As in all classes at an ADS approved Pleasure Driving Show, the driver must wear a hat, gloves, and apron and carry a whip in hand under penalty of elimination. Attire should be conservative in design and appropriate to the vehicle driven; i.e., formal attire with formal vehicles, country attire with country vehicles. Horses should also conform to the vehicle type; i.e., it would be expected to see a more flashy horse with a more formal vehicle and a more ground covering horse with a country vehicle.

"Reinsmanship"

Where the "Working" class places the emphasis on the horse; the "Reinsmanship" class places the emphasis on the driver. The horse, however, must still be able to produce all of the required gaits; which is actually an indication of the driver's ability to get the horse to produce these gaits. At the judge's discretion, there may or may not be an individual test, following the line-up. These tests are usually very simple and should not cause the competitor to be overly concerned about having to perform a "test".

The competitor should enter the ring with confidence, at a working trot and in a counter clockwise direction. When all the competitors are in the ring, the judge will declare the class complete and the gate will be closed. The judge will be looking for the driver to be sitting in an upright position, with arms relaxed and at the sides, and with feet firmly on the floor; very similar to one sitting in a kitchen chair. The elbows should be bent and relaxed. The hands should have soft contact with the horse's mouth at all times. The whip, which may be carried in either hand, should be within the frame of the carriage, near the horse and not sticking out to the side where it would be rendered useless. (The wheels on the sides, the front of the horse and the rear of the carriage define the frame of the carriage.) Subtle movements of the hands and whip, along with verbal instructions, give direction to the horse. During the course of the class, the judge will ask for a Walk, Slow Trot, Working Trot and Strong Trot (or Trot On). (For definitions of these gaits, refer to the above mentioned previous issue.) These gaits will not be asked for in any particular order, but at the discretion of the judge. Drivers must be able to reinback their horses. This will be asked for after the line-up towards the end of the class, where the judge will closely inspect the turnouts and the drivers will be asked to reinback.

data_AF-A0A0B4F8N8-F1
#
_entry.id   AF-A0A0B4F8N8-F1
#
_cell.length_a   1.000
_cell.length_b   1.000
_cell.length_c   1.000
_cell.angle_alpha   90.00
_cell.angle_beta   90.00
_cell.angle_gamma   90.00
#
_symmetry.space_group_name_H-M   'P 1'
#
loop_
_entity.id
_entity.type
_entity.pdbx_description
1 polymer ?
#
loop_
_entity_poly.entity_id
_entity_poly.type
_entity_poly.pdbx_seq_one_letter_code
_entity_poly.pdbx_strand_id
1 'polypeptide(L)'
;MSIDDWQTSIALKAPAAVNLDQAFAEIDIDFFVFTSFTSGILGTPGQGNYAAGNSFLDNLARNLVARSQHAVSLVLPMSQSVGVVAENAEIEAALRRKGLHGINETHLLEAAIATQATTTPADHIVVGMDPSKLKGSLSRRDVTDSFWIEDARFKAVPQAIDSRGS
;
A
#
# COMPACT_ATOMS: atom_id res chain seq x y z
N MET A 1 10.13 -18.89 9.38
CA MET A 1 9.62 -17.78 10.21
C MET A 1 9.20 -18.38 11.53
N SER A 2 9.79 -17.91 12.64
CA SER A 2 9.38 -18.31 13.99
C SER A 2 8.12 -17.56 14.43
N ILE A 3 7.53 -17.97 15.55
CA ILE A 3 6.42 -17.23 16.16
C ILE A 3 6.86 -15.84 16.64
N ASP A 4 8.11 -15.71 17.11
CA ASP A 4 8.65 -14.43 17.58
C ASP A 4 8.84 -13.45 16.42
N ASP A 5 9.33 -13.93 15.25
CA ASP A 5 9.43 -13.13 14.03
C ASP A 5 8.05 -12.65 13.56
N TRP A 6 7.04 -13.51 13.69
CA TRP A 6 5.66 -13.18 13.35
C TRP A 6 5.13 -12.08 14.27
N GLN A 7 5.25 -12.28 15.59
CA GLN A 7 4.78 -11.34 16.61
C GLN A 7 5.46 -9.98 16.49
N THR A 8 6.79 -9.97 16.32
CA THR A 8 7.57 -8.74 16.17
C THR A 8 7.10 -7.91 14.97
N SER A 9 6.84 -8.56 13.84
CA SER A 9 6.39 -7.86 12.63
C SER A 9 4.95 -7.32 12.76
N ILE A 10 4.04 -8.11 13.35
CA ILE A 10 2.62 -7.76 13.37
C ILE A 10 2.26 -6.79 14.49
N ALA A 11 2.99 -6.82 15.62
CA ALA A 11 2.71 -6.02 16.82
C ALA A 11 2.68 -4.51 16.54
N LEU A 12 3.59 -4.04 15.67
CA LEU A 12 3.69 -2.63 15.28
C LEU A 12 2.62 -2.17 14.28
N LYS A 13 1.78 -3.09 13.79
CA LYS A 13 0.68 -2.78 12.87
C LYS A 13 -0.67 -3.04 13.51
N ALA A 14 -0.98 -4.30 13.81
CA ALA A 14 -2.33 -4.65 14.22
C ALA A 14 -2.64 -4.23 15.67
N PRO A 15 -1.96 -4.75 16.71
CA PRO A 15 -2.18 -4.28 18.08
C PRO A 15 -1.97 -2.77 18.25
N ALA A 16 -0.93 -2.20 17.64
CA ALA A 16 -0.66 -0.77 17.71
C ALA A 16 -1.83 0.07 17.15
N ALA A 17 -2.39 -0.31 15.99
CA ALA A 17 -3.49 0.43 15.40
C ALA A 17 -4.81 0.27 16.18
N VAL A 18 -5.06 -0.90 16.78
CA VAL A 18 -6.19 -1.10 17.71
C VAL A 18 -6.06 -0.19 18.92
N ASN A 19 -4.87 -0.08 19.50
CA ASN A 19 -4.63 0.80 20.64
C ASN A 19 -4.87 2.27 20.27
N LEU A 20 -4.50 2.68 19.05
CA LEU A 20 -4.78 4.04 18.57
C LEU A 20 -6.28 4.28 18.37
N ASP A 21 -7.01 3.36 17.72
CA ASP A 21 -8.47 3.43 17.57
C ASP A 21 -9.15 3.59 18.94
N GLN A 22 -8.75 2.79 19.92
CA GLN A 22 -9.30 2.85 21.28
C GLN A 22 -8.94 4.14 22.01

Should the judge decide to have the competitors perform individual tests, the class will usually be line-up at one end of the ring instead of in the center. Either all or some of the competitors may be chosen for individual tests (or "workouts"). These test are relatively simple and usually consist of the competitor driving down one side of the ring to the far end; driving some sort of figure, usually a circle or a figure of eight; perhaps with a halt and salute; then returning to the line-up. It is important to remember that a "figure of eight" is actually two round circles connected in the center. Pay close attention to the instructions for the test and do not merely drive whatever the competitor ahead of you drove as that test may contain an error.